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Well, I suppose you already know how it ends, but as ever there’s slightly more to the story than that. Apologies for the long post, but 3G is a little hard to come by in the Highlands of Scotland and there’s quite a lot to tell.

That said, to spare you too much detail, after my last update from Penrith I started feeling ill and ended up spending most of that night in the bathroom. I couldn’t face any breakfast and at the start line I was tired, cold and decidedly under fuelled. Luckily it was another clear morning as we headed up through the Carlisle traffic and on towards Gretna via the obligatory photo stop at the border crossing. At the first pit stop at the wonderfully named Ecclefechan, and after reacquainting myself with the inside of a portaloo, we met up with some of the other Guernsey riders and formed a pretty efficient train that I was grateful to disappear into the middle of whilst someone else did the hard work on the front.

The roads gradually deteriorated as we meandered through the Clyde Valley towards the Glasgow suburbs, and it eventually became like riding on cobbles whilst being repeatedly punched in the stomach. By this stage I was reduced to just concentrating on holding the wheel in front rather than holding a conversation, and after vibrating a couple of teeth loose, the shrapnel like surface finally resulted in my only puncture of the trip about 20 miles from the finish at Hamilton. Although other Alex stayed with me, the rest of our train disappeared into the distance, and I probably reached my lowest point of the whole trip as my tiredness, illness and the road surface all became too much. Despite Alex’s best efforts, I spent the rest of the ride swearing at anything and everything and generally being thoroughly miserable company (what’s new?).

The next day was the Queen stage – 127 miles and 8,000 ft of climbing as the route took us into the Highlands. I set off with the same group of Guernsey riders but it soon split up on the first climb as we headed into the Trossachs and I found myself on my own for most of the first 45 miles as I paced myself to try and get to the finish. Just after passing through Calandar several sirens sped by up the road and I was flagged down by a couple of riders at a layby who had been told by the Police to stop all riders at that point.

As you may have heard, there had unfortunately been a fatal accident about 15 miles up the road involving one of the Lloyds Bank team which resulted in the road being closed for several hours. As more and more riders turned up, we moved up to a Loch-side cafe a couple of miles up the road where the news filtered through that the day’s ride had been cancelled and the 650 or so riders stuck on the road were to be bussed the remaining 80 miles to Fort William (much to the relief of the woman at the cafe who, having served more people in 3 hours than she must see in a year, was verging on a nervous breakdown).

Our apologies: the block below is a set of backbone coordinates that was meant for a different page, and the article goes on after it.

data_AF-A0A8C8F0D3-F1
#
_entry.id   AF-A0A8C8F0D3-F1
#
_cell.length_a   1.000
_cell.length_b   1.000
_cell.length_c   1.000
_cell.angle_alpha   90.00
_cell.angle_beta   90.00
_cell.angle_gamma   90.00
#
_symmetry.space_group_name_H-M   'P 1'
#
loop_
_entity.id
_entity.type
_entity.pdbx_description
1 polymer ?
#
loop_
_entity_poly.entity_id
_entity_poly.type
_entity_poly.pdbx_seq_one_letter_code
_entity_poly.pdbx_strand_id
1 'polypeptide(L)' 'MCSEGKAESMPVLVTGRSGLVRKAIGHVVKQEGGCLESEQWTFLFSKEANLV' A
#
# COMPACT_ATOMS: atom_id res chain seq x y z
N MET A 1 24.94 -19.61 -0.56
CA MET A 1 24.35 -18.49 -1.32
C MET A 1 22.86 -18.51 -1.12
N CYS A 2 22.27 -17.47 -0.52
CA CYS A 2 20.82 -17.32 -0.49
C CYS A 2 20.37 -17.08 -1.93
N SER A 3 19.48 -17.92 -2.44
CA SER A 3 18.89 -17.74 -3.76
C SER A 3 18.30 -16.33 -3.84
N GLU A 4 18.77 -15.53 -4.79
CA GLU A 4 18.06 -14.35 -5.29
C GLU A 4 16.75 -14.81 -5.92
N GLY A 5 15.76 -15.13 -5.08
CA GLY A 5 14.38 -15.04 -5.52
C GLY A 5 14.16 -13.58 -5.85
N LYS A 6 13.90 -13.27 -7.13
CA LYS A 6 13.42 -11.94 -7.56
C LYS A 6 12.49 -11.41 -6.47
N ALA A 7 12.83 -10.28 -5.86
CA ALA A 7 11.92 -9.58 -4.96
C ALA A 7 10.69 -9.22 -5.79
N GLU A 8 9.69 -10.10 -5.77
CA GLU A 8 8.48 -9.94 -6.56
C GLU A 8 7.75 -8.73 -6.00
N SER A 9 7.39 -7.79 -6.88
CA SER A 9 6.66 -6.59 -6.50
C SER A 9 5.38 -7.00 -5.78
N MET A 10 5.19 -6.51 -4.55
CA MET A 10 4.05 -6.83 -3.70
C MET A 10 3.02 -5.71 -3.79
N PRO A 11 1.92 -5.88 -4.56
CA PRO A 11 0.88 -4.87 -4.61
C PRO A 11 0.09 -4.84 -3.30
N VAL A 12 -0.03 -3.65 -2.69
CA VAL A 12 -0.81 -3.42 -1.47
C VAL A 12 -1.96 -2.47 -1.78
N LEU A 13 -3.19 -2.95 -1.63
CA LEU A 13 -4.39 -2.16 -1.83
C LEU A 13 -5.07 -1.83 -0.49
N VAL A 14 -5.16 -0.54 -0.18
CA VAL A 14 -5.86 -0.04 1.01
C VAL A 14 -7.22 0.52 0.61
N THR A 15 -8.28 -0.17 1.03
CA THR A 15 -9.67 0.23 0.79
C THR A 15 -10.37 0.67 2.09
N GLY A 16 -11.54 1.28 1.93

Another dreadful night spent traipsing back and forth across a damp field to a portaloo saw me set out on a subdued day 8 at a steady pace with Tim from CycleWorld, the Guernsey newlyweds and a nice chap called Chris who they’d ridden with the previous day. The grey mist that hid the top of Ben Nevis at the departure gradually lifted as we headed up the Great Glen towards Loch Ness, passing the time by encouraging passing lorry drivers to give us a supportive honk of their horns.

A tactical ‘rest stop’ at a pub just short of Inverness was a welcome relief, before we meandered through the Saturday traffic (inspecting people’s car boots to see what they’d been buying for tea), and on to the oil rig graveyard that is the Moray Firth. The terrain gradually started rolling as much as my stomach, and the final long descent into the fog that was creeping up the Kyle of Sutherland was a fantastic way to end a very enjoyable day’s riding through some breathtaking scenery.

A full night’s sleep for the first time in ages left me feeling much better for the final day, but I headed off early on my own as I wasn’t sure how much strength I had left in me after being unable to keep any food inside me for more than 4 hours for the last 3 days. Boosted by the best flapjack of the whole trip at a midgie infested stop in Altnaharra, a superb ride up the River Naver watching the otters and eagles along the roadside (alive, I hasten to add!) followed before I reached the coast, where the landscape became more barren and even the sheep looked at you as if to say “you’re mad”.

A stiff cross wind made the final undulating 50 miles tough going, and after 90 miles on my own I was glad that I managed to join up with a couple of other riders as we turned up the hill out of Thurso for the final 15 mile slog down some achingly dull roads into John O’Groats, truly way beyond the arse end of nowhere.

I don’t know whether it’s because I’m so tired, the fact that not everyone who set off made it safely to JOG (and consequently I was unable to ride those 80 miles), but I feel a little bit underwhelmed to be honest. I’ve cycled further than the official distance between LE and JOG, seen some wonderful scenery, and have raised a fair amount of money for charity, so maybe a sense of achievement will sink in later this week when I’m back at my desk in the office retelling tales of potholes avoided.

For once it’s not me being deliberately modest, but after everything that happened I’m just grateful to be home safe and sound. After all, it was only a bike ride wasn’t it?